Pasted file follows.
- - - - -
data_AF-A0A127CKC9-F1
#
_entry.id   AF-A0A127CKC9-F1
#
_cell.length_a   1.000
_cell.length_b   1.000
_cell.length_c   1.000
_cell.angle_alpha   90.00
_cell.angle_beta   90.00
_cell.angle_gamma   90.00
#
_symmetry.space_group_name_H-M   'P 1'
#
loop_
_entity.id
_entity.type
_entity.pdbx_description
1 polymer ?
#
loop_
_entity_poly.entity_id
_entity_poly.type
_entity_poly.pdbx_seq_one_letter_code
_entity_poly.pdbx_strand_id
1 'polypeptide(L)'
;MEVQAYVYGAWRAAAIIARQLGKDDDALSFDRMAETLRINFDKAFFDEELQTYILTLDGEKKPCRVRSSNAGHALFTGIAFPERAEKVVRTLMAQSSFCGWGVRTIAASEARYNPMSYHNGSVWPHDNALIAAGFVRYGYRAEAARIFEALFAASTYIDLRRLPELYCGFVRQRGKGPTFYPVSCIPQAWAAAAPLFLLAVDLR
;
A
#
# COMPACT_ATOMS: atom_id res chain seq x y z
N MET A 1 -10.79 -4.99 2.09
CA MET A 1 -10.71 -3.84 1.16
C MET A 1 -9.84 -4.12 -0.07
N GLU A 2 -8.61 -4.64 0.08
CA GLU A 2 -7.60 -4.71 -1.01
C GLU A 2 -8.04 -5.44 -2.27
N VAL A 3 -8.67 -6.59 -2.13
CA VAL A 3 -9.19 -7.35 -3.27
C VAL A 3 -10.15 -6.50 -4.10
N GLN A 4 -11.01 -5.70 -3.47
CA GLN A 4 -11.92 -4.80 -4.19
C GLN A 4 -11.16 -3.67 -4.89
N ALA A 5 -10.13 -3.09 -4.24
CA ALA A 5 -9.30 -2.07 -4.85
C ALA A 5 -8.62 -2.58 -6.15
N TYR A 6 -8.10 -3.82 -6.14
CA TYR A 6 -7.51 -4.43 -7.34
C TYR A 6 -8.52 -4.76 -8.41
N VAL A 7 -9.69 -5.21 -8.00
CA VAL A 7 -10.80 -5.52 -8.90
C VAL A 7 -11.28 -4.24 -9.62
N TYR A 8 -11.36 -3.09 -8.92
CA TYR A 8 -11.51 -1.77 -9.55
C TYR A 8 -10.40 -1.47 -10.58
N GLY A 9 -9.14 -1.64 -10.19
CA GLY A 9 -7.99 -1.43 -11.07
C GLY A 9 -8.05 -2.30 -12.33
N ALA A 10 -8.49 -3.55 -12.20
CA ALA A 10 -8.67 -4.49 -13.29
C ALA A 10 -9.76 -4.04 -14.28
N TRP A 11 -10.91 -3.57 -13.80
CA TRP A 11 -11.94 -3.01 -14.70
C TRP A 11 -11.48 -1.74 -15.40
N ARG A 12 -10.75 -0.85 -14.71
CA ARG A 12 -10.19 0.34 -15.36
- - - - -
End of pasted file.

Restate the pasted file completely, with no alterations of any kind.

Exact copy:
data_AF-A0A127CKC9-F1
#
_entry.id   AF-A0A127CKC9-F1
#
_cell.length_a   1.000
_cell.length_b   1.000
_cell.length_c   1.000
_cell.angle_alpha   90.00
_cell.angle_beta   90.00
_cell.angle_gamma   90.00
#
_symmetry.space_group_name_H-M   'P 1'
#
loop_
_entity.id
_entity.type
_entity.pdbx_description
1 polymer ?
#
loop_
_entity_poly.entity_id
_entity_poly.type
_entity_poly.pdbx_seq_one_letter_code
_entity_poly.pdbx_strand_id
1 'polypeptide(L)'
;MEVQAYVYGAWRAAAIIARQLGKDDDALSFDRMAETLRINFDKAFFDEELQTYILTLDGEKKPCRVRSSNAGHALFTGIAFPERAEKVVRTLMAQSSFCGWGVRTIAASEARYNPMSYHNGSVWPHDNALIAAGFVRYGYRAEAARIFEALFAASTYIDLRRLPELYCGFVRQRGKGPTFYPVSCIPQAWAAAAPLFLLAVDLR
;
A
#
# COMPACT_ATOMS: atom_id res chain seq x y z
N MET A 1 -10.79 -4.99 2.09
CA MET A 1 -10.71 -3.84 1.16
C MET A 1 -9.84 -4.12 -0.07
N GLU A 2 -8.61 -4.64 0.08
CA GLU A 2 -7.60 -4.71 -1.01
C GLU A 2 -8.04 -5.44 -2.27
N VAL A 3 -8.67 -6.59 -2.13
CA VAL A 3 -9.19 -7.35 -3.27
C VAL A 3 -10.15 -6.50 -4.10
N GLN A 4 -11.01 -5.70 -3.47
CA GLN A 4 -11.92 -4.80 -4.19
C GLN A 4 -11.16 -3.67 -4.89
N ALA A 5 -10.13 -3.09 -4.24
CA ALA A 5 -9.30 -2.07 -4.85
C ALA A 5 -8.62 -2.58 -6.15
N TYR A 6 -8.10 -3.82 -6.14
CA TYR A 6 -7.51 -4.43 -7.34
C TYR A 6 -8.52 -4.76 -8.41
N VAL A 7 -9.69 -5.21 -8.00
CA VAL A 7 -10.80 -5.52 -8.90
C VAL A 7 -11.28 -4.24 -9.62
N TYR A 8 -11.36 -3.09 -8.92
CA TYR A 8 -11.51 -1.77 -9.55
C TYR A 8 -10.40 -1.47 -10.58
N GLY A 9 -9.14 -1.64 -10.19
CA GLY A 9 -7.99 -1.43 -11.07
C GLY A 9 -8.05 -2.30 -12.33
N ALA A 10 -8.49 -3.55 -12.20
CA ALA A 10 -8.67 -4.49 -13.29
C ALA A 10 -9.76 -4.04 -14.28
N TRP A 11 -10.91 -3.57 -13.80
CA TRP A 11 -11.94 -3.01 -14.70
C TRP A 11 -11.48 -1.74 -15.40
N ARG A 12 -10.75 -0.85 -14.71
CA ARG A 12 -10.19 0.34 -15.36